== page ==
But what has really been impressive about this company is its various forms of innovation. Nio has introduced at least one new electric car every year and has seen sales of its ET7 and ET5 sedans take off since they hit showrooms last year. With the exception of January, when production was limited by factory shutdowns due to the Chinese New Year, Nio has delivered more than 10,000 electric cars every month since June 2022, with its sedans regularly accounting for more than half of those deliveries.

Nio’s out-of-the-box innovation is also on display. In August 2020, the company announced the rollout of its battery-as-a-service (BaaS) subscription. BaaS allows its electric car buyers to charge, exchange and upgrade batteries at more than 1,300 power exchange stations and more than 1,200 power charging stations. In exchange for a reduced purchase price for electric cars, Nio obtains high-margin, recurring subscription revenue from buyers via BaaS and keeps buyers loyal to the brand.


The other great growth stock you’ll kick yourself for not buying during the Nasdaq bear market decline is biotech stocks Exelixis (EXEL 0.06%). Despite occasional failures in clinical trials, cancer drug developer Exelixis is well positioned for double-digit growth.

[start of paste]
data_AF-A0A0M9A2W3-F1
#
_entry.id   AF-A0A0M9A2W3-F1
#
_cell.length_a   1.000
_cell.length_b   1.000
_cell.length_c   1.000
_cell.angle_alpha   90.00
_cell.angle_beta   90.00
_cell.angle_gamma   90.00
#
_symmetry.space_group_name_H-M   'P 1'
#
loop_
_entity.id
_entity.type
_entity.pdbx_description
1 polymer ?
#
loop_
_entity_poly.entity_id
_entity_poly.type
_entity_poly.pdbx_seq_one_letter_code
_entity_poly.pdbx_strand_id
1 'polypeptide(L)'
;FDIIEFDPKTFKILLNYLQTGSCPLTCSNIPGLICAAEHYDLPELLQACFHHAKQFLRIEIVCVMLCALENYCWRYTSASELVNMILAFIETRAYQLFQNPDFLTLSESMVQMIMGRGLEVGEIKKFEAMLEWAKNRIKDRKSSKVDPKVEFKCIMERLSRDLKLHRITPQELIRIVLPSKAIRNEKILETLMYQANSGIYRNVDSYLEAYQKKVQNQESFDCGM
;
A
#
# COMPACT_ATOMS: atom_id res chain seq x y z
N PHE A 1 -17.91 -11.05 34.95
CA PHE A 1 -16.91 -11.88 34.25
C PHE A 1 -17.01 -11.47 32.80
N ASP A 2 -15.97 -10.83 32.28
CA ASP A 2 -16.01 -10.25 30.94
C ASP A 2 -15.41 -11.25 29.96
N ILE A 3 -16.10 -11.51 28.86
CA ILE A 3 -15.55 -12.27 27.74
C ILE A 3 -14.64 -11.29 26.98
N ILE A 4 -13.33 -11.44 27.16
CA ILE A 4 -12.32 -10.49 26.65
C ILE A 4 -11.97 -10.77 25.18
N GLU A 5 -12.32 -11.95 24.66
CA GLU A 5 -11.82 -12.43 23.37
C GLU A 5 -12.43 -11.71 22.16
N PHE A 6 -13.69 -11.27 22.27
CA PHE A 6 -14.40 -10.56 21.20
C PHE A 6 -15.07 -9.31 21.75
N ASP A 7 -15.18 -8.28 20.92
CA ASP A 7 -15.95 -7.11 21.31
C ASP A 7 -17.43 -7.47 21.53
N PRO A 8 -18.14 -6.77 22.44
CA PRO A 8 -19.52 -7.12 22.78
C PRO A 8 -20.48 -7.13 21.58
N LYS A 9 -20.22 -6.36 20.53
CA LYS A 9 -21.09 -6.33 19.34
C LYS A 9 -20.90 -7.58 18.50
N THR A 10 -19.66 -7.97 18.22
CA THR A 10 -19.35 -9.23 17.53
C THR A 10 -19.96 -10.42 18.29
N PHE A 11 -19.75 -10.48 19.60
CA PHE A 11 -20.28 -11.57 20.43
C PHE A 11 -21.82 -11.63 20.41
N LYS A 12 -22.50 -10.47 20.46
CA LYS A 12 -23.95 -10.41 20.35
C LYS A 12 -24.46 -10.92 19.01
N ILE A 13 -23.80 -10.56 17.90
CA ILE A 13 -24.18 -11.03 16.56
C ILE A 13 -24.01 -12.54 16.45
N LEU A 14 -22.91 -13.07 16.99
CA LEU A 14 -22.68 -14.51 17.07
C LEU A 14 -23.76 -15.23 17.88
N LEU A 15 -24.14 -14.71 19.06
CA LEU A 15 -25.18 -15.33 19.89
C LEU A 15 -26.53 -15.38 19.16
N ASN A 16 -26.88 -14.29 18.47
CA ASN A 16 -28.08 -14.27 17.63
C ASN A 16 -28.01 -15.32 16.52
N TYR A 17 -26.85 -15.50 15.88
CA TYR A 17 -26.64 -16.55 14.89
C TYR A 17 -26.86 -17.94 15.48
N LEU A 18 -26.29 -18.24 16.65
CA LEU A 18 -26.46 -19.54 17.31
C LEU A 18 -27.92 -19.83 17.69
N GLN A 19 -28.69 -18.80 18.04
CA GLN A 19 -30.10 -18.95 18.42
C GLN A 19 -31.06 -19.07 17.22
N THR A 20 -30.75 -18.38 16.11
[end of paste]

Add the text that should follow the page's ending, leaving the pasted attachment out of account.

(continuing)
Just over a week ago, Exelixis announced that a late-stage study involving its blockbuster drug Cabometyx in combination with Roche‘s Tecentriq failed to meet its primary endpoint of a statistically significant improvement in progression-free survival in a trial of patients with previously treated advanced kidney cancer. But failures happen. It’s part of being a drug developer.

What is far more important is that Exelixis has about six dozen clinical trials underway involving Cabometyx as monotherapy or combination therapy for a variety of cancer types. It only takes a handful of success stories to significantly expand Cabometyx’s sales and pricing power. We have already seen one of these studies that found the brand, which led to Exelixis and Bristol Myers Squibb obtains first-line approval for their combination treatment of renal cell carcinoma.

Furthermore, Exelixis has cash to fund ongoing internal development, collaborations and possibly even acquisitions. The company closed 2022 with approximately $1.31 billion in cash, cash equivalents and short-term investments and had an additional $756.7 million in long-term investments.